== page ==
Monday, April 22, 2019

How mixed cropping boosts soil health and diversity

April 1, 2019 by  
Filed under Crops

Integrated cropping systems have no detrimental effect on potato yields but can enhance soil properties and biodiversity, say scientists at the James Hutton Institute.

Different ways to increase sustainable legume cultivation and consumption are being investigated by 24 institutions across Europe. The project is being coordinated by Pete Iannetta, from the James Hutton Institute’s ecological sciences group.

A paper examining plant responses to a mixed cropping system that can maintain yield while enhancing soil properties and biodiversity would be of particular interest to UK arable farmers – including potato growers, suggested Dr Iannetta.

“The paper recognises that the intensification of arable production since the 1950s has resulted in increases in yield – but this has been only at significant cost to the environment, raising serious concerns about long-term consequences for the sustainability of food production systems.”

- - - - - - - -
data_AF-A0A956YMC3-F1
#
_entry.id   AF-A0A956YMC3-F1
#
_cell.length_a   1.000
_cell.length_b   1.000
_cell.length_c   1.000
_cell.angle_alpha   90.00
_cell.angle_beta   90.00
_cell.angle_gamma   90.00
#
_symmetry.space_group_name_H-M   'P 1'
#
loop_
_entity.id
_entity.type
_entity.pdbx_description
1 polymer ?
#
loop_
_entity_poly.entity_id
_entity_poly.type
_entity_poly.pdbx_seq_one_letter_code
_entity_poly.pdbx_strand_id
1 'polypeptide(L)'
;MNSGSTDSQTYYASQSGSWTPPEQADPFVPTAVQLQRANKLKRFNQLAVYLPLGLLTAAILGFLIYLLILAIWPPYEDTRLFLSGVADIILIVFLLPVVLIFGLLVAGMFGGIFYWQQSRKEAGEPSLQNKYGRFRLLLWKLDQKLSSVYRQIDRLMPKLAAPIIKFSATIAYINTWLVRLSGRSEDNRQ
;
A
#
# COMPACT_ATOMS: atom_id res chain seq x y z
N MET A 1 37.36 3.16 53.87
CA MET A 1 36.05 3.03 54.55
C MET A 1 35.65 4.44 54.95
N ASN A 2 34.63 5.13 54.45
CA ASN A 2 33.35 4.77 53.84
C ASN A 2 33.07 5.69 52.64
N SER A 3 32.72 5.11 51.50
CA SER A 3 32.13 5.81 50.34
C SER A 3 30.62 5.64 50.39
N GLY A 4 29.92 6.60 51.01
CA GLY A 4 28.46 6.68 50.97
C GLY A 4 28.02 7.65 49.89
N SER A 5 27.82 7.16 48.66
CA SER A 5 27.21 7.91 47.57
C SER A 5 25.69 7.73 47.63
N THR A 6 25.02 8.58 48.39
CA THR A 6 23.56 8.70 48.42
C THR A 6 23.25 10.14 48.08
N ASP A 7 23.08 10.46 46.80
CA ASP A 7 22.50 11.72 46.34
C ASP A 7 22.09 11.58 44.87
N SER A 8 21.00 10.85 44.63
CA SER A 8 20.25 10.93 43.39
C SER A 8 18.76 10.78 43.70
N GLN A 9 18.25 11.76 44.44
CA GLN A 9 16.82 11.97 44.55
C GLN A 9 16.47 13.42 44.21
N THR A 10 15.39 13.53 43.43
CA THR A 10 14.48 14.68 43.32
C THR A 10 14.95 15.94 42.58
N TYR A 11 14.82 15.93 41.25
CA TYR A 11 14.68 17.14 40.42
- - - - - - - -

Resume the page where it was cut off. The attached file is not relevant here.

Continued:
Dr Iannetta added: “While a range of policies and practices have been put in place to mitigate negative effects in terms of pollution, soil degradation and loss of biodiversity, their efficacy has not been properly quantified.”

Researchers designed a series of trials to compare conventional arable management with a low-input, integrated cropping system designed to maintain yields while enhancing biodiversity and minimising environmental impact.

Over the first rotation, only winter wheat yielded less under integrated management. Yields were maintained for the remaining five crops – spring and winter barley, winter oilseed rape, potatoes and field beans – suggesting a negligible impact on economic returns.

“Beneficial broad-leaved weeds were significantly more abundant in the integrated management system across all crops, whereas grass weeds showed no overall response to treatment,” explained Dr Iannetta.

“Soil carbon, pH and soil concentrations of the main plant growth-limiting macronutrients were enhanced under the integrated management system which was therefore successful in meeting the goals to enhance biodiversity and reduce environmental impact without jeopardising crop yields.”

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